Thursday, April 2, 2015

Teacher Gift Quilt - "Gateway to Imagination" - original post date 6/14/13

 Ta-da!! Here it is - the coolest teacher gift I have ever pulled off! When I saw this Moda Bakeshop Tutorial I knew I wanted to make this quilt.  The recipe calls for a jelly roll but I thought it was a great way to use my 2.5 inch scraps instead. And since my youngest son Rory (the only one in public school full-time this year) had an amazing teacher, it was easy to decide who to make the quilt for. I enlisted the help of my friend and fellow quilter Lisa whose daughter Astrid has the same teacher.  So after a giant joint fabric pull and a division of blocks, we created this in a relatively short amount of time.
 Lisa also does beautiful cross-stitch so she created this for our label. I left the naming up to her and she came up with "Gateway to Imagination." I love it. The backing fabric you see there is Turkish fabric. I love it for quilt backs because it comes double wide - no seam backs are awesome! We used a few solid Turkish fabrics on the fronts but as they tend to curl weird when pressed I tend to avoid them in piecing when I can.

We split the blocks up. I think we each did 8 blocks. Lisa sewed them into rows. I did the applique word strips and sewed it all together into a quilt top. Then Lisa enlisted a friend of ours to machine embroider the titles of Rory and Astrid's favorite books on several of the book spines. (By several I mean like 35 or so).
 These pics were taken before we washed it so some of the marking lines are still visible.
 Knuffle Bunny trilogy, Mo Willem's Pigeon books, The Stinky Cheese Man - this is some great literature here!

 She also stitched Rory and Astrid's names into the top left hand block.

I was in charge of the machine quilting.  I loosely followed Melissa's quilting ideas in the original tutorial with a few additions.  My castle is a bit shorter and has a yellow brick road and a bridge.

 I stitched an ocean with a little boat along the bottom border.
And the right border was a magical bean stalk ending in the clouds.

I was worried that I wasn't going to be able to pull off all this fancy FMQing. But the quilting gods smiled on me. I didn't have any trouble with timing and only the green thread broke on me a few times. Speaking of thread - I am generally a white or black thread quilter. Lucky for us, Lisa had an amazing collection of variegated Sulky threads in lots of colors. Lisa also attached the binding, using this great fancy scallop stitch, and she made a hanging sleeve for it so Ms. Harvey can hang it in her classroom next year.

We were even done a day early - how amazing is that? Rory and Astrid did a great job keeping the secret from their teacher. All she knew is that we were taking her to lunch on the last day of school (which was a half-day).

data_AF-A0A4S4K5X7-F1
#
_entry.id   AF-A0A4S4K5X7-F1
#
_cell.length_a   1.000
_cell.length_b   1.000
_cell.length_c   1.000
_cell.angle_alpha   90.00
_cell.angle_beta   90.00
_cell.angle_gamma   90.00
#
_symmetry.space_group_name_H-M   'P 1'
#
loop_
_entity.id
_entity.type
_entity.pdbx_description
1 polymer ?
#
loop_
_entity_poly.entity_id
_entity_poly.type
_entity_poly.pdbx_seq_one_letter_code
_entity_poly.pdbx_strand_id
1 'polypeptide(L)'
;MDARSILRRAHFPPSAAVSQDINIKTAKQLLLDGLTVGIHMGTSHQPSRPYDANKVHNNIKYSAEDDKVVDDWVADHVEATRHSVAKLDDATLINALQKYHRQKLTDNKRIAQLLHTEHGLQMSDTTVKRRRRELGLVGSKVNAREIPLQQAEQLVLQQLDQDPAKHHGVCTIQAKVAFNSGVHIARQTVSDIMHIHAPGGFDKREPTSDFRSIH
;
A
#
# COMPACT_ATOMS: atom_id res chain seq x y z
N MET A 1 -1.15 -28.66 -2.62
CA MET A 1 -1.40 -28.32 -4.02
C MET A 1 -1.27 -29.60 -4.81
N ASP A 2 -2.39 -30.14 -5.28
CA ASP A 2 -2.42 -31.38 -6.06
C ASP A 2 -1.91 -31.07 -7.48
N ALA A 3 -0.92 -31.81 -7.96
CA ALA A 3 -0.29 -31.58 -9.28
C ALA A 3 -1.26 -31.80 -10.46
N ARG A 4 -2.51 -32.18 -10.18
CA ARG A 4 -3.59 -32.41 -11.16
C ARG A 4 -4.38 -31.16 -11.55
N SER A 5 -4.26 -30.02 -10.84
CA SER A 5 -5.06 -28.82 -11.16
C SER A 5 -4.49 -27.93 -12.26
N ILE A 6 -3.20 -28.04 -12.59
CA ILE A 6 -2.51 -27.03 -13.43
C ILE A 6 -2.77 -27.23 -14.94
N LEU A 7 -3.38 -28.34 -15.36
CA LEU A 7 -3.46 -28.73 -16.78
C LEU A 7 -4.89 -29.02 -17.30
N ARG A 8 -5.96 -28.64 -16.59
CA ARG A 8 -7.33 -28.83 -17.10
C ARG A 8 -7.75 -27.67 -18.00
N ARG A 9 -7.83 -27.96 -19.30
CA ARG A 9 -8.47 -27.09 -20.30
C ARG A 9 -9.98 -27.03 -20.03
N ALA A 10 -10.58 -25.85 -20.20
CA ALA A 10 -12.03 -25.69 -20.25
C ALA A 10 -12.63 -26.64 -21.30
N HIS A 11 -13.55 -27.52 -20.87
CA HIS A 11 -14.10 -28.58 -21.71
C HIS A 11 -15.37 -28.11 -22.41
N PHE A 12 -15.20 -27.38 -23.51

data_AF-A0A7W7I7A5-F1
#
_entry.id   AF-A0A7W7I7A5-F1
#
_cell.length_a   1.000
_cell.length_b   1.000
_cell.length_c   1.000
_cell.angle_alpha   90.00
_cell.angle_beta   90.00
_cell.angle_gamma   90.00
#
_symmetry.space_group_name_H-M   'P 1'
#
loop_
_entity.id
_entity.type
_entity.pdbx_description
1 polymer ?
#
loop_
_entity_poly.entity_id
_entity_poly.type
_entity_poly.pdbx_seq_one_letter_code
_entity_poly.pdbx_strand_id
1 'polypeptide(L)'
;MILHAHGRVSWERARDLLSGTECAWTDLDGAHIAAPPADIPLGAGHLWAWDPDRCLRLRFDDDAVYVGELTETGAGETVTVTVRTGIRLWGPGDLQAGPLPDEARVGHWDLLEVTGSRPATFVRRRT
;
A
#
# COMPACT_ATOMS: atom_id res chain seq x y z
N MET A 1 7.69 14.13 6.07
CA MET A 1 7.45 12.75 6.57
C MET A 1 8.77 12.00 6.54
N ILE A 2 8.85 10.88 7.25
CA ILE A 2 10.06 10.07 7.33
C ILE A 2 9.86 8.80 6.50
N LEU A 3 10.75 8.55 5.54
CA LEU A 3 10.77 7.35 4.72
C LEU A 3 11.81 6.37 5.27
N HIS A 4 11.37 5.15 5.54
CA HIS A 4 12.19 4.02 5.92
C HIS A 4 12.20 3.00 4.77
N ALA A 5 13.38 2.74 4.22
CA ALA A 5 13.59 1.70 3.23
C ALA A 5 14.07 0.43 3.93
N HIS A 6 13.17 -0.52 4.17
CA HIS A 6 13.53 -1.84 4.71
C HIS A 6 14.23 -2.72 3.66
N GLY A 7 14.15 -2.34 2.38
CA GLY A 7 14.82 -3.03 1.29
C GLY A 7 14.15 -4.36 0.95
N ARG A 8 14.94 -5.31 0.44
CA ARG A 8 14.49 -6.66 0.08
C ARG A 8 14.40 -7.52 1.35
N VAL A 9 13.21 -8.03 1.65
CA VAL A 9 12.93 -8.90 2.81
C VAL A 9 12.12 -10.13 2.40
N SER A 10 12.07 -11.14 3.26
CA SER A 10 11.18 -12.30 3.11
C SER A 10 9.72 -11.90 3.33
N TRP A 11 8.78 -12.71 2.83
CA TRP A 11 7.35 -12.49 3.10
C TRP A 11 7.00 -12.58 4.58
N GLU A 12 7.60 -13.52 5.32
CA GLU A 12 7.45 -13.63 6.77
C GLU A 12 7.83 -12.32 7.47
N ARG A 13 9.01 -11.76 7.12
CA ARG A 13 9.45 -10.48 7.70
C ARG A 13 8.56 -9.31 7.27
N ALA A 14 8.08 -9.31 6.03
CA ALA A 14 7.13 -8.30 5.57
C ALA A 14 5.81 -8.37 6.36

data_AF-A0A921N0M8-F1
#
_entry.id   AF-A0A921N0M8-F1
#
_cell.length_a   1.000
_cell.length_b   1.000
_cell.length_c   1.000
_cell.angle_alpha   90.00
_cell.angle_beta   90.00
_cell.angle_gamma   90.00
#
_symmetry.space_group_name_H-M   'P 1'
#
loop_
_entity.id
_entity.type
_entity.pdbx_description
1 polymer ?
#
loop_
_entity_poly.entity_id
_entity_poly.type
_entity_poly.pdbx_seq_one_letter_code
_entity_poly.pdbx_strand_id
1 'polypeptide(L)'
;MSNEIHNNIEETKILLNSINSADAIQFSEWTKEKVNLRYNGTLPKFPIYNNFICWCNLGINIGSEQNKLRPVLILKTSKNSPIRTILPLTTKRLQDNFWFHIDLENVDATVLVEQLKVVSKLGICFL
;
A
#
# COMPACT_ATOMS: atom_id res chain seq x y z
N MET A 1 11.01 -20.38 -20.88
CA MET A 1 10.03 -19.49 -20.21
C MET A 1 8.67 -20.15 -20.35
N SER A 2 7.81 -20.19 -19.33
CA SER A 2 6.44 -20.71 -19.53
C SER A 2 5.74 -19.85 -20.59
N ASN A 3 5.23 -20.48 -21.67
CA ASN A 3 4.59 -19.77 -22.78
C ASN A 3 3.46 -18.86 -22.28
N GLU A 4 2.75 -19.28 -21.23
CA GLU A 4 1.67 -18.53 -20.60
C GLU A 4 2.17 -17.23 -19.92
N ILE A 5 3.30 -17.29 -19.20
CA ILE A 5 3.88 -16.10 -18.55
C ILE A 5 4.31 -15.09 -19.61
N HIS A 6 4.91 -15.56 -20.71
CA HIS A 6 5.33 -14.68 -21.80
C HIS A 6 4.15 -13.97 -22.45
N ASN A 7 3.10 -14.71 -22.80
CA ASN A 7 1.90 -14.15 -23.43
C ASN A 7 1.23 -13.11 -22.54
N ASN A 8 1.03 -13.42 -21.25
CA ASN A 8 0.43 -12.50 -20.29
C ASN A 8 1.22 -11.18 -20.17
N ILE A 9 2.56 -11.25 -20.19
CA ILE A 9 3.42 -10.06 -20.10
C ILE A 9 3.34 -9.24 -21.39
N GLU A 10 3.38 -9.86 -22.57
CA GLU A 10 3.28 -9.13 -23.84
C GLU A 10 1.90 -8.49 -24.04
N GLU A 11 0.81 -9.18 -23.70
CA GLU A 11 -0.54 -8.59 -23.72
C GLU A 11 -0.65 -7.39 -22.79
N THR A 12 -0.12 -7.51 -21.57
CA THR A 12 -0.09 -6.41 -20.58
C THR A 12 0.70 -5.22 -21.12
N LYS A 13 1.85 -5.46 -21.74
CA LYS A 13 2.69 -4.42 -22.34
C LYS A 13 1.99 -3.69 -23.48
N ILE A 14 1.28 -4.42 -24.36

Here we are presenting it to her. The kids are so excited. And so are the adults!
They had a great time showing her where all their favorite book titles were. (Incidentally, Astrid is the friend I made the frilly skirt for in this post.)
Here is one last shot of Ms. Harvey with her students and her new quilt. If you are only here for quilt eye candy, you can stop reading now. If you want to know why Lisa and I went to so much effort for a teacher appreciation gift, hang in there for one more paragraph.

Ms. Harvey is one of those teachers you pray for.  She had infinite patience, creative ways to manage the chaos of a room full of little people, and a particular love for squirrely little boys. She was fabulous.  And talking to her at lunch just increased my admiration for this woman. She has been teaching for DoDs schools for 36 years. She started in Berlin when it was still a divided city and her phone lines were bugged. She then taught in Italy for a number of years. She has lived and taught here in Turkey for over ten years.  Have you been reading the news about the protesting and rioting in Turkey recently? Here on base we are pretty isolated from it. But Ms. Harvey lives downtown. Her 9th apartment floor apartment balcony overlooks the park where the protestors are camping out. She told us stories of watching the police fire water cannons and rubber bullets. Of listening to the Turkish people bang on their tea kettles and flick their lights on and off to show support to the protestors as they marched down her street. She could see them calling to the young people, telling them which way to run to avoid the police. One night the tear gas was so bad that even nine floors up it hurt her eyes.  She has a front row seat to the history that being made right now.  Makes for a fascinating lunch conversation.  And one awesome teacher! Now I'm just praying that the principal decides that she needs to teach 2nd grade next year!

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